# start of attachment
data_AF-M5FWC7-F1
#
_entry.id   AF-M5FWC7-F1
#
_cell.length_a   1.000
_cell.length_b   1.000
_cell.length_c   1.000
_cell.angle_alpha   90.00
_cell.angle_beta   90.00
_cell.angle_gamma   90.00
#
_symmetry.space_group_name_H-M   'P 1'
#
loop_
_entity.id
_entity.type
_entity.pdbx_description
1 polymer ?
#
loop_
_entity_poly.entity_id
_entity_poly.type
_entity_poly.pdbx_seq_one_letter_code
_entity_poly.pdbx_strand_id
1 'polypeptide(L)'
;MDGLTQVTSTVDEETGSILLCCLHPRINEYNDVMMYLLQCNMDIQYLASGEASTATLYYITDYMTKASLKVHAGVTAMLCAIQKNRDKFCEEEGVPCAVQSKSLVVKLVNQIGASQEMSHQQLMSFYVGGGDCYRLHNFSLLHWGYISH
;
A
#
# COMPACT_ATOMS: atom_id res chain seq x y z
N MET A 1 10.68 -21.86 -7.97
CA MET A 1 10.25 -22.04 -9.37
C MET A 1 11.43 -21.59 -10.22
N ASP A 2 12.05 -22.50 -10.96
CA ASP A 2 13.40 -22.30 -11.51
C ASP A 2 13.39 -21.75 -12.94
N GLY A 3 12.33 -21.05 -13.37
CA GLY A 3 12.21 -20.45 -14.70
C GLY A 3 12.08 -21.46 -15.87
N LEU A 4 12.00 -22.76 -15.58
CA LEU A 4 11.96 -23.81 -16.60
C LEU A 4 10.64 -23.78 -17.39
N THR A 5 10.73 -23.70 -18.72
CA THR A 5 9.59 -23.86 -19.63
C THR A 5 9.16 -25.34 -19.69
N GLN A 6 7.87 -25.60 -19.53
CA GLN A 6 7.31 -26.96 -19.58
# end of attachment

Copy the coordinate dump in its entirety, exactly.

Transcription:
data_AF-M5FWC7-F1
#
_entry.id   AF-M5FWC7-F1
#
_cell.length_a   1.000
_cell.length_b   1.000
_cell.length_c   1.000
_cell.angle_alpha   90.00
_cell.angle_beta   90.00
_cell.angle_gamma   90.00
#
_symmetry.space_group_name_H-M   'P 1'
#
loop_
_entity.id
_entity.type
_entity.pdbx_description
1 polymer ?
#
loop_
_entity_poly.entity_id
_entity_poly.type
_entity_poly.pdbx_seq_one_letter_code
_entity_poly.pdbx_strand_id
1 'polypeptide(L)'
;MDGLTQVTSTVDEETGSILLCCLHPRINEYNDVMMYLLQCNMDIQYLASGEASTATLYYITDYMTKASLKVHAGVTAMLCAIQKNRDKFCEEEGVPCAVQSKSLVVKLVNQIGASQEMSHQQLMSFYVGGGDCYRLHNFSLLHWGYISH
;
A
#
# COMPACT_ATOMS: atom_id res chain seq x y z
N MET A 1 10.68 -21.86 -7.97
CA MET A 1 10.25 -22.04 -9.37
C MET A 1 11.43 -21.59 -10.22
N ASP A 2 12.05 -22.50 -10.96
CA ASP A 2 13.40 -22.30 -11.51
C ASP A 2 13.39 -21.75 -12.94
N GLY A 3 12.33 -21.05 -13.37
CA GLY A 3 12.21 -20.45 -14.70
C GLY A 3 12.08 -21.46 -15.87
N LEU A 4 12.00 -22.76 -15.58
CA LEU A 4 11.96 -23.81 -16.60
C LEU A 4 10.64 -23.78 -17.39
N THR A 5 10.73 -23.70 -18.72
CA THR A 5 9.59 -23.86 -19.63
C THR A 5 9.16 -25.34 -19.69
N GLN A 6 7.87 -25.60 -19.53
CA GLN A 6 7.31 -26.96 -19.58